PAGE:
Rutland is in good financial shape, according to City Treasurer Wendy Wilton.
Wilton reported to the board Monday night that not only had the city received an unqualified opinion for the second year in a row in the 2012 audit, but that a separate audit of federally funded programs also drew an unqualified opinion for the first time.
Audit opinions come in four varieties. “No opinion” is just what it sounds like — the auditor offers no opinion on the accuracy of the financial statements under review. An adverse opinion means the auditor does not trust the statements to be accurate. A qualified opinion means the statements are fair but have certain issues, and an unqualified opinion means the auditor can find no significant reason not to trust the city’s books.
Last year was the first unqualified opinion in 32 years.
Wilton pointed to several highlights, starting with the city’s assets exceeding its liabilities by a total of more than $34 million. She said the gap has widened due to a decrease in long-term debt, particularly in money owed to the pension fund.
The year-end balance in the general fund was $4.1 million — roughly 23 percent of revenue — with an unassigned fund balance (the city’s cash on hand) of $2.9 million, about 16 percent of revenue.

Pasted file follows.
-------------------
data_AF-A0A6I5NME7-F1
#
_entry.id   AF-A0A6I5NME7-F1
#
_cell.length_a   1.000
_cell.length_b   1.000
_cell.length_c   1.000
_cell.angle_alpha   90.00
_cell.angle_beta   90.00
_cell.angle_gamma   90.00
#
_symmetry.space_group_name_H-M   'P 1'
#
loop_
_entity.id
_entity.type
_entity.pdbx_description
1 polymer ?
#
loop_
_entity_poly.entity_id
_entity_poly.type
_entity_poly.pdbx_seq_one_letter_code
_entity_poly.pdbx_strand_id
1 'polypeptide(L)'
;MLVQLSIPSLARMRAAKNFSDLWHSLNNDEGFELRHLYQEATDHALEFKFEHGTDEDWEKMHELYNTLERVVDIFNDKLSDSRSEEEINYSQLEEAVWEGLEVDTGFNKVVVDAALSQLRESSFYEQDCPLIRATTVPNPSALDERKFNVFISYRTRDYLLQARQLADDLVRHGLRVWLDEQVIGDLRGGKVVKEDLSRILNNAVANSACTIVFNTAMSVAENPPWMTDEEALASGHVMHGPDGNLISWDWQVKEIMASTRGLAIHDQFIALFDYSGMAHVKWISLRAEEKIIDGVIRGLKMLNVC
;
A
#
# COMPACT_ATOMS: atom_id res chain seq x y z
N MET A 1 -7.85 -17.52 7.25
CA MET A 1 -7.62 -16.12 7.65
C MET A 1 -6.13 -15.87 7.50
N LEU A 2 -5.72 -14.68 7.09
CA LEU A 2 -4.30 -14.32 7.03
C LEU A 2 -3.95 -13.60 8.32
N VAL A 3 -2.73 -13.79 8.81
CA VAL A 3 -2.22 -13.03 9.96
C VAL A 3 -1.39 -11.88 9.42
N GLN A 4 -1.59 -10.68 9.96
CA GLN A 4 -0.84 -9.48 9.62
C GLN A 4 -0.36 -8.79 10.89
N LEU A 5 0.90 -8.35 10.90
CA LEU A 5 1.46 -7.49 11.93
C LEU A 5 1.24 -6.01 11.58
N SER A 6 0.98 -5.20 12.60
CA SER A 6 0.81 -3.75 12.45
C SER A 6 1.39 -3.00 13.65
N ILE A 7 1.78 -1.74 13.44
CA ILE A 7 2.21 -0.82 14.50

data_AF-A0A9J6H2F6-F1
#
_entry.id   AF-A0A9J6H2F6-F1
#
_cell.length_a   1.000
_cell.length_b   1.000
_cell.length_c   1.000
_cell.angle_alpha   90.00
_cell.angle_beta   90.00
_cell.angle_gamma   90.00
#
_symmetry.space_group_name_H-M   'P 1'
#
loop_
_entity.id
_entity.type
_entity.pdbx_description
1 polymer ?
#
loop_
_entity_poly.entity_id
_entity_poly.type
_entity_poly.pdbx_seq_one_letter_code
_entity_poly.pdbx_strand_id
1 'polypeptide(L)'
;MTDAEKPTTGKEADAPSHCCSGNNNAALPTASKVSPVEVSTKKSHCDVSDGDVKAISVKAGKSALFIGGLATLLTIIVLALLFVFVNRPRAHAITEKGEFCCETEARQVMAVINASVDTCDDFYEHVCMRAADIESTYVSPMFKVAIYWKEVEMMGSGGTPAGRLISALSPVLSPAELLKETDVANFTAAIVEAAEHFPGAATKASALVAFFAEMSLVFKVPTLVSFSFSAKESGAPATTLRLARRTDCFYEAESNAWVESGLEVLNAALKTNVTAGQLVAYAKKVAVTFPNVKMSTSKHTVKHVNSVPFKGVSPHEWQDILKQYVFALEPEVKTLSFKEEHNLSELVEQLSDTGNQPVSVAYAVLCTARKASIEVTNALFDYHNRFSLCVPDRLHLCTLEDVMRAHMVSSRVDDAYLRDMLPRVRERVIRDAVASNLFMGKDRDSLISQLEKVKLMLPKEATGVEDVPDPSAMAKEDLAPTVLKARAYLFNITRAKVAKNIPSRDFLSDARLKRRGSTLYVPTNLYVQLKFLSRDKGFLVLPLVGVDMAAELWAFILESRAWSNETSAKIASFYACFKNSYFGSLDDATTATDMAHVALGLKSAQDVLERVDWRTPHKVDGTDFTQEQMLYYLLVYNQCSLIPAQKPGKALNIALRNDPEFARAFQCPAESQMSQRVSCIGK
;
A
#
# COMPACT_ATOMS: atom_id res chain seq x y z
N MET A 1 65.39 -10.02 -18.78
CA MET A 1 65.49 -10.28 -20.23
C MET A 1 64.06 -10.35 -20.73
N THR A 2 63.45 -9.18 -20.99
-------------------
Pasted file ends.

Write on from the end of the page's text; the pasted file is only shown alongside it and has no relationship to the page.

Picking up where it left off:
Wilton noted that the fund balance increased by $270,542 despite a budgeted decrease of about $500,000.
“We outperformed the budget significantly,” she said.
The audit did note areas where the city could strengthen its internal controls, and Wilton said a number of those changes, such as policies dealing with inventories and tracking of pass-through grants, were already under way.
Wilton said that cash-flow issues in the sewer fund, which finished the fiscal year with no cash on hand, would hopefully be resolved by recent changes to the sewer rates.
Finally, Wilton said that while unfunded liability in the city pension had come down thanks to changes in the pension plan, there was still a gap there of $23,133,299
“My caution out there is a pension liability of $23 million is serious and must be dealt with,” she said.
Finally, Wilton said she was worried about the effect the region’s economic health was having on the city’s financial health, noting that a decline in tax revenue will make it hard to maintain local infrastructure.
“It’s nothing I can control, but policymakers on the state and local level need to be focused on that,” she said.
The audit was referred to the Finance Committee for further discussion.
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